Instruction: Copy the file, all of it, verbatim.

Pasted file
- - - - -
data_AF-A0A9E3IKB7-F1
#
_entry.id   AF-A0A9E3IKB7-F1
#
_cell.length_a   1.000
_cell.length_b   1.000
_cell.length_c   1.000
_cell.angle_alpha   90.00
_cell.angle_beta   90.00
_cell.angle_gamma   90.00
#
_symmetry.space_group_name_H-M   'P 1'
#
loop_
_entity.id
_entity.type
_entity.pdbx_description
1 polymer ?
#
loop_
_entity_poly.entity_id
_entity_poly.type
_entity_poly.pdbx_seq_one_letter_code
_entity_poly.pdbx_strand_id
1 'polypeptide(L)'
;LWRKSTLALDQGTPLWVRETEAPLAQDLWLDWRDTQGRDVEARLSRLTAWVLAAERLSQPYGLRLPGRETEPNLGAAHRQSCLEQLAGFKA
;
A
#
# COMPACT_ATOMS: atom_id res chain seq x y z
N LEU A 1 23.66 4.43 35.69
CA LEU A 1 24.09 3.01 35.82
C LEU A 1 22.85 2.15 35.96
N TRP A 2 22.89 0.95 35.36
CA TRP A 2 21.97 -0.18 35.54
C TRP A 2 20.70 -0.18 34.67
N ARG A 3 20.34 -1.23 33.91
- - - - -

data_AF-A0A9E3IKB7-F1
#
_entry.id   AF-A0A9E3IKB7-F1
#
_cell.length_a   1.000
_cell.length_b   1.000
_cell.length_c   1.000
_cell.angle_alpha   90.00
_cell.angle_beta   90.00
_cell.angle_gamma   90.00
#
_symmetry.space_group_name_H-M   'P 1'
#
loop_
_entity.id
_entity.type
_entity.pdbx_description
1 polymer ?
#
loop_
_entity_poly.entity_id
_entity_poly.type
_entity_poly.pdbx_seq_one_letter_code
_entity_poly.pdbx_strand_id
1 'polypeptide(L)'
;LWRKSTLALDQGTPLWVRETEAPLAQDLWLDWRDTQGRDVEARLSRLTAWVLAAERLSQPYGLRLPGRETEPNLGAAHRQSCLEQLAGFKA
;
A
#
# COMPACT_ATOMS: atom_id res chain seq x y z
N LEU A 1 23.66 4.43 35.69
CA LEU A 1 24.09 3.01 35.82
C LEU A 1 22.85 2.15 35.96
N TRP A 2 22.89 0.95 35.36
CA TRP A 2 21.97 -0.18 35.54
C TRP A 2 20.70 -0.18 34.67
N ARG A 3 20.34 -1.23 33.91